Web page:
Fear is an emotion we all experience. Our pets experience fear and anxiety, too. There are even more things to be afraid of for them, though. Dogs don’t understand that the loud booming they hear is only harmless fireworks, or that the person that brings the mail every day is a friend, not a foe. Keeping your dog calm during upsetting circumstances can be a challenge. It’s now possible to […]
It’s not easy to train pets not to lick and chew things they find interesting. Their senses of smell and taste help them explore their surroundings. This natural curiosity can be dangerous or destructive when pets become interested in the wrong things. Anyone who has come home to pillow stuffing scattered all over the living room can attest to that! If your pet takes an interest in an electrical wire […]
Stressful situations can bring out the animal in all of us. Moving to a new place, traveling, home remodeling and even celebrations can be exciting yet nerve-racking. Disruptions in normal, everyday activities can be even more upsetting for our pets. They are the hapless bystanders who must try to deal with situations that they don’t understand and that temporarily shake up the daily routine. Chaos, loud noises, and unfamiliar faces […]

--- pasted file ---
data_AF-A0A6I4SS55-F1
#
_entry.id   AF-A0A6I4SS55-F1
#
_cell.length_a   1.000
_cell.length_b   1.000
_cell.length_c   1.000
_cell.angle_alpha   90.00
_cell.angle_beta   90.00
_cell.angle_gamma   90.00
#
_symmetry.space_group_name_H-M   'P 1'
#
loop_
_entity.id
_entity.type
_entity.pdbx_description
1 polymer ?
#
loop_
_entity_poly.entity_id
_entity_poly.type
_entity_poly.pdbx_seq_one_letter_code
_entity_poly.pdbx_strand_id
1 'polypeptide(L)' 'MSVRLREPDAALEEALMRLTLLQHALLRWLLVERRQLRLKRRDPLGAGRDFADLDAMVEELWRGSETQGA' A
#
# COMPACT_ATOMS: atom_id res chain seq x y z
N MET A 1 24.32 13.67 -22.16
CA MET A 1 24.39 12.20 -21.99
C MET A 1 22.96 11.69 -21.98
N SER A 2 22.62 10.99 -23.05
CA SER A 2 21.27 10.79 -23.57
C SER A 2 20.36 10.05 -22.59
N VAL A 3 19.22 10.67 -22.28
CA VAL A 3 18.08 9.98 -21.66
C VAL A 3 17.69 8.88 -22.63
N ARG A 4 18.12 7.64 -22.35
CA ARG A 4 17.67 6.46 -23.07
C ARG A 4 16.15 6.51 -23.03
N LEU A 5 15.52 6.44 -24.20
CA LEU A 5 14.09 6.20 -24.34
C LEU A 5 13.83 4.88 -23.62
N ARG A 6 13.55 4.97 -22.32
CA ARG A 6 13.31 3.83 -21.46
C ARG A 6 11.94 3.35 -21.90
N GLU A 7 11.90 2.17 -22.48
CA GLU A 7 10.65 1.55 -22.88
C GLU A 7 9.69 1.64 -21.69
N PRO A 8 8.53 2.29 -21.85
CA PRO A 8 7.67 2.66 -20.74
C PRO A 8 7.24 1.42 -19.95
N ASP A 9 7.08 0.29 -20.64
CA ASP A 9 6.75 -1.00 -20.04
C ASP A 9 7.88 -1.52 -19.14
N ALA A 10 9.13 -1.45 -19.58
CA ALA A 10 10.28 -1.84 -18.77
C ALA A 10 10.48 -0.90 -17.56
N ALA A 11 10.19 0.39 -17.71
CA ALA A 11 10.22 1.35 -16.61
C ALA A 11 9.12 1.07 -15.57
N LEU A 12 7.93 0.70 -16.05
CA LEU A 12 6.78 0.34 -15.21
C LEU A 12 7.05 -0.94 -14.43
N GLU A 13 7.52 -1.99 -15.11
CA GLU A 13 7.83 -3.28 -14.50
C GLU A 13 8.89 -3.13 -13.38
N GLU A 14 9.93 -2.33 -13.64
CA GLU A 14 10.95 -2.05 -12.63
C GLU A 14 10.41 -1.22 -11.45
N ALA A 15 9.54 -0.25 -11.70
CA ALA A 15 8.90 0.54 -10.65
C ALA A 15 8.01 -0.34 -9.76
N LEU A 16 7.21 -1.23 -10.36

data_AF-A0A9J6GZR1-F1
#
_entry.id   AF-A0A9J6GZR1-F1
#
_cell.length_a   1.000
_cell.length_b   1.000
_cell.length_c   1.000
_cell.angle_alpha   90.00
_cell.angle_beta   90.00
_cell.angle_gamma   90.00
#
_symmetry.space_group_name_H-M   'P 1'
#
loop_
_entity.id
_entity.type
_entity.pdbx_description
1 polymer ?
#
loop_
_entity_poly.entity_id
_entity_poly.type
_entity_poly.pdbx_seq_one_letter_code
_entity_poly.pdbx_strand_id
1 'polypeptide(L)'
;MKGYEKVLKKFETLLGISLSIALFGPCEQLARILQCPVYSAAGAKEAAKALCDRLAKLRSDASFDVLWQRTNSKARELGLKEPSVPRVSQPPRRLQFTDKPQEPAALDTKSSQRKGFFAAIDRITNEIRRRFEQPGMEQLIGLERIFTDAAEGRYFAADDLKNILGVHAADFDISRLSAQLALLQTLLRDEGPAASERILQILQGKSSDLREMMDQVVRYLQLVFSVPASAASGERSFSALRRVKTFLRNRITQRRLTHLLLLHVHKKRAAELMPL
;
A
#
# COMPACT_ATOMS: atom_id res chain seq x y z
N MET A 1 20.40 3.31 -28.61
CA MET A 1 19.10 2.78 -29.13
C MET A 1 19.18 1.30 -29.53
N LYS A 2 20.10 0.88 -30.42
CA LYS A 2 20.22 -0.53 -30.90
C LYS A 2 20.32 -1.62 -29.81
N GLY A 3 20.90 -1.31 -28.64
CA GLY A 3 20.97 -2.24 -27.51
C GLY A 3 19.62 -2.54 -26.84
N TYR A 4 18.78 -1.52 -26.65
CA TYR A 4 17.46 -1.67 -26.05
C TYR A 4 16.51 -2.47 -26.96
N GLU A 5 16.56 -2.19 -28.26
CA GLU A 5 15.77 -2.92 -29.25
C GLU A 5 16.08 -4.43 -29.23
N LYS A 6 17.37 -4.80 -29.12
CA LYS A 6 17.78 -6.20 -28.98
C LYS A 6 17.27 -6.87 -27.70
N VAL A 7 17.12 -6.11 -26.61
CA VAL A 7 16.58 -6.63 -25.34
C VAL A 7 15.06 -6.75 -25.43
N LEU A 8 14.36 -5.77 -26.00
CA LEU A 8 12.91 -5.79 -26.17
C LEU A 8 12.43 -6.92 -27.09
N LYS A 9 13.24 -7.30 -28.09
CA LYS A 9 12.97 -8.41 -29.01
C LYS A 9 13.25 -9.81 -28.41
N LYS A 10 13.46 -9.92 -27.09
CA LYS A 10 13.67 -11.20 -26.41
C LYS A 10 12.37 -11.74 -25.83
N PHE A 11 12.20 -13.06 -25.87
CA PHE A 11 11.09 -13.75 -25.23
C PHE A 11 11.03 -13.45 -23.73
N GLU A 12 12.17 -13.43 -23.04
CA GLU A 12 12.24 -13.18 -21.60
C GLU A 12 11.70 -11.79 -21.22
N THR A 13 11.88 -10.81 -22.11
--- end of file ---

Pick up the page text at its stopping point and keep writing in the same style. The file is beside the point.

Most of us have observed our four-legged companions go crazy for a favorite toy, and it’s often a toy with a squeaky noisemaker inside. Have you ever wondered why dogs love squeaky toys so much? Although it’s tempting to think the rascals just enjoy irritating us with the incessant squeaky noise, there are a couple of theories about why dogs are attracted to squeaky toys.
If you are throwing a holiday party, your guests may cause your dog some anxiety, which could lead to destructive behavior like chewing on furniture. On the other hand, your dog may smell the delicious goodies coming from the kitchen, and beg for “human” food that can cause an upset tummy. So keeping your dog occupied is key to avoiding unwanted problems around the holidays.
We all know dogs are very social, serving as great role models for making and staying connected with friends. When my dogs are at home and one of their buddies passes by on the sidewalk, Wheatie is sure to make a few barks. You’ve gotta wonder—what’s he saying? Is barking a sign of stress? A way to show this is his territory? Or is it something else?